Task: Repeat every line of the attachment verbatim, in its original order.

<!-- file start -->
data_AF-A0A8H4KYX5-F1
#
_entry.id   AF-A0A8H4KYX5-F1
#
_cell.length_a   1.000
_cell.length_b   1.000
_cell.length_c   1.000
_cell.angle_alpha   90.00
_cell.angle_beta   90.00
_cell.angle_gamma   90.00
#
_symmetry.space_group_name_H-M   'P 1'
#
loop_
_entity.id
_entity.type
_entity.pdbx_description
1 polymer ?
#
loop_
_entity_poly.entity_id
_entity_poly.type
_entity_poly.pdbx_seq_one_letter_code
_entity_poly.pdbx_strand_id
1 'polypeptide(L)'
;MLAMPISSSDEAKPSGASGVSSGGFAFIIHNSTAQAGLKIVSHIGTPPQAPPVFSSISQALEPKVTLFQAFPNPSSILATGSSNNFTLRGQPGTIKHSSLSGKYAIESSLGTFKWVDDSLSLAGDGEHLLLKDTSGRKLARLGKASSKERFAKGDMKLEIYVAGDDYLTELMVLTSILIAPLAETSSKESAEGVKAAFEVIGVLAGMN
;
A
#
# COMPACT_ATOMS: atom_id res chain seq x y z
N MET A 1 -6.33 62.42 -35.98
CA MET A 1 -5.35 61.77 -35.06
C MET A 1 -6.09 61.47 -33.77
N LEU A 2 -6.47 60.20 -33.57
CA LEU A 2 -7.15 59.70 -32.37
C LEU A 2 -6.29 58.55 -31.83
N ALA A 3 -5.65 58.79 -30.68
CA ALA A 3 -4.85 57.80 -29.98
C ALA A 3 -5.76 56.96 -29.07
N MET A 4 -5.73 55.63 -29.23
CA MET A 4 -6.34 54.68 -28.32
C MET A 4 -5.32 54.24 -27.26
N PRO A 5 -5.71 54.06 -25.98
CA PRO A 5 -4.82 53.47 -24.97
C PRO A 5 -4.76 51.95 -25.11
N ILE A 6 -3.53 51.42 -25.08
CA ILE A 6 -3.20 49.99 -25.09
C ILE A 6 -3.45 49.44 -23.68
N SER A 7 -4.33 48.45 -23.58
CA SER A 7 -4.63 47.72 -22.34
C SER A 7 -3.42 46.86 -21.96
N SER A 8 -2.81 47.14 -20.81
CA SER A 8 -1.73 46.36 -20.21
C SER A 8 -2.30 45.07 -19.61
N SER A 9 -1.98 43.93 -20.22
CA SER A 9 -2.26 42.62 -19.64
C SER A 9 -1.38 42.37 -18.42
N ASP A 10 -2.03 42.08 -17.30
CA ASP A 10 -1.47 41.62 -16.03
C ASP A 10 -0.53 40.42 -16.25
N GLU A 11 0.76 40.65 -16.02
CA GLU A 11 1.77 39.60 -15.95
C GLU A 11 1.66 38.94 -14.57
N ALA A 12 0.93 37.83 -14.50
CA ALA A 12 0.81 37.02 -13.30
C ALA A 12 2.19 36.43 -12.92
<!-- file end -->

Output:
data_AF-A0A8H4KYX5-F1
#
_entry.id   AF-A0A8H4KYX5-F1
#
_cell.length_a   1.000
_cell.length_b   1.000
_cell.length_c   1.000
_cell.angle_alpha   90.00
_cell.angle_beta   90.00
_cell.angle_gamma   90.00
#
_symmetry.space_group_name_H-M   'P 1'
#
loop_
_entity.id
_entity.type
_entity.pdbx_description
1 polymer ?
#
loop_
_entity_poly.entity_id
_entity_poly.type
_entity_poly.pdbx_seq_one_letter_code
_entity_poly.pdbx_strand_id
1 'polypeptide(L)'
;MLAMPISSSDEAKPSGASGVSSGGFAFIIHNSTAQAGLKIVSHIGTPPQAPPVFSSISQALEPKVTLFQAFPNPSSILATGSSNNFTLRGQPGTIKHSSLSGKYAIESSLGTFKWVDDSLSLAGDGEHLLLKDTSGRKLARLGKASSKERFAKGDMKLEIYVAGDDYLTELMVLTSILIAPLAETSSKESAEGVKAAFEVIGVLAGMN
;
A
#
# COMPACT_ATOMS: atom_id res chain seq x y z
N MET A 1 -6.33 62.42 -35.98
CA MET A 1 -5.35 61.77 -35.06
C MET A 1 -6.09 61.47 -33.77
N LEU A 2 -6.47 60.20 -33.57
CA LEU A 2 -7.15 59.70 -32.37
C LEU A 2 -6.29 58.55 -31.83
N ALA A 3 -5.65 58.79 -30.68
CA ALA A 3 -4.85 57.80 -29.98
C ALA A 3 -5.76 56.96 -29.07
N MET A 4 -5.73 55.63 -29.23
CA MET A 4 -6.34 54.68 -28.32
C MET A 4 -5.32 54.24 -27.26
N PRO A 5 -5.71 54.06 -25.98
CA PRO A 5 -4.82 53.47 -24.97
C PRO A 5 -4.76 51.95 -25.11
N ILE A 6 -3.53 51.42 -25.08
CA ILE A 6 -3.20 49.99 -25.09
C ILE A 6 -3.45 49.44 -23.68
N SER A 7 -4.33 48.45 -23.58
CA SER A 7 -4.63 47.72 -22.34
C SER A 7 -3.42 46.86 -21.96
N SER A 8 -2.81 47.14 -20.81
CA SER A 8 -1.73 46.36 -20.21
C SER A 8 -2.30 45.07 -19.61
N SER A 9 -1.98 43.93 -20.22
CA SER A 9 -2.26 42.62 -19.64
C SER A 9 -1.38 42.37 -18.42
N ASP A 10 -2.03 42.08 -17.30
CA ASP A 10 -1.47 41.62 -16.03
C ASP A 10 -0.53 40.42 -16.25
N GLU A 11 0.76 40.65 -16.02
CA GLU A 11 1.77 39.60 -15.95
C GLU A 11 1.66 38.94 -14.57
N ALA A 12 0.93 37.83 -14.50
CA ALA A 12 0.81 37.02 -13.30
C ALA A 12 2.19 36.43 -12.92